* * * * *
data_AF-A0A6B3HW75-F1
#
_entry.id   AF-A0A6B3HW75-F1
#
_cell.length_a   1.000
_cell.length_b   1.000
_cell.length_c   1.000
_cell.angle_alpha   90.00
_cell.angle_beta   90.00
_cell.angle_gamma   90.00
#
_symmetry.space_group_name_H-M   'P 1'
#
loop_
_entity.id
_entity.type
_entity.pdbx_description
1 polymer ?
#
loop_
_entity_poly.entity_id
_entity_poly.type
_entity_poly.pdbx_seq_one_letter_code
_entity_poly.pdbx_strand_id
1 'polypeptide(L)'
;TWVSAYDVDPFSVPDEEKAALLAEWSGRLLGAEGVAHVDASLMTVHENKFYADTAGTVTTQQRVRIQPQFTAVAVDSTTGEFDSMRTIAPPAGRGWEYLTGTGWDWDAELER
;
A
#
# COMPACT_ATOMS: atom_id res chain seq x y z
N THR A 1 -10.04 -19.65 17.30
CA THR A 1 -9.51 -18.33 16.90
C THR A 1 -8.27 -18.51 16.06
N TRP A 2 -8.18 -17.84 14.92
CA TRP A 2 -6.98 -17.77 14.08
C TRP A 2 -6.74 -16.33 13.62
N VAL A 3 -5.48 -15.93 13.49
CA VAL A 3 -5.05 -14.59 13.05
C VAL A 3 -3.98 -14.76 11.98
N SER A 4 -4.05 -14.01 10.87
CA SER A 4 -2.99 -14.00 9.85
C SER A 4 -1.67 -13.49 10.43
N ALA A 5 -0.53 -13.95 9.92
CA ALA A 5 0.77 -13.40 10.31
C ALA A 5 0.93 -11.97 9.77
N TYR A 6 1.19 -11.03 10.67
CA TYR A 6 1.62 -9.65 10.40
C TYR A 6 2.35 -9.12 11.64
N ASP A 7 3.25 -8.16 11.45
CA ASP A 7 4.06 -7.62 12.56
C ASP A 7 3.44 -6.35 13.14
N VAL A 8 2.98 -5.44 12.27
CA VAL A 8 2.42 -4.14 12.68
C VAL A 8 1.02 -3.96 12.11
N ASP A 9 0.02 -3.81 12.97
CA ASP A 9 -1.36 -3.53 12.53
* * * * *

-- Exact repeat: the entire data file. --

data_AF-A0A6B3HW75-F1
#
_entry.id   AF-A0A6B3HW75-F1
#
_cell.length_a   1.000
_cell.length_b   1.000
_cell.length_c   1.000
_cell.angle_alpha   90.00
_cell.angle_beta   90.00
_cell.angle_gamma   90.00
#
_symmetry.space_group_name_H-M   'P 1'
#
loop_
_entity.id
_entity.type
_entity.pdbx_description
1 polymer ?
#
loop_
_entity_poly.entity_id
_entity_poly.type
_entity_poly.pdbx_seq_one_letter_code
_entity_poly.pdbx_strand_id
1 'polypeptide(L)'
;TWVSAYDVDPFSVPDEEKAALLAEWSGRLLGAEGVAHVDASLMTVHENKFYADTAGTVTTQQRVRIQPQFTAVAVDSTTGEFDSMRTIAPPAGRGWEYLTGTGWDWDAELER
;
A
#
# COMPACT_ATOMS: atom_id res chain seq x y z
N THR A 1 -10.04 -19.65 17.30
CA THR A 1 -9.51 -18.33 16.90
C THR A 1 -8.27 -18.51 16.06
N TRP A 2 -8.18 -17.84 14.92
CA TRP A 2 -6.98 -17.77 14.08
C TRP A 2 -6.74 -16.33 13.62
N VAL A 3 -5.48 -15.93 13.49
CA VAL A 3 -5.05 -14.59 13.05
C VAL A 3 -3.98 -14.76 11.98
N SER A 4 -4.05 -14.01 10.87
CA SER A 4 -2.99 -14.00 9.85
C SER A 4 -1.67 -13.49 10.43
N ALA A 5 -0.53 -13.95 9.92
CA ALA A 5 0.77 -13.40 10.31
C ALA A 5 0.93 -11.97 9.77
N TYR A 6 1.19 -11.03 10.67
CA TYR A 6 1.62 -9.65 10.40
C TYR A 6 2.35 -9.12 11.64
N ASP A 7 3.25 -8.16 11.45
CA ASP A 7 4.06 -7.62 12.56
C ASP A 7 3.44 -6.35 13.14
N VAL A 8 2.98 -5.44 12.27
CA VAL A 8 2.42 -4.14 12.68
C VAL A 8 1.02 -3.96 12.11
N ASP A 9 0.02 -3.81 12.97
CA ASP A 9 -1.36 -3.53 12.53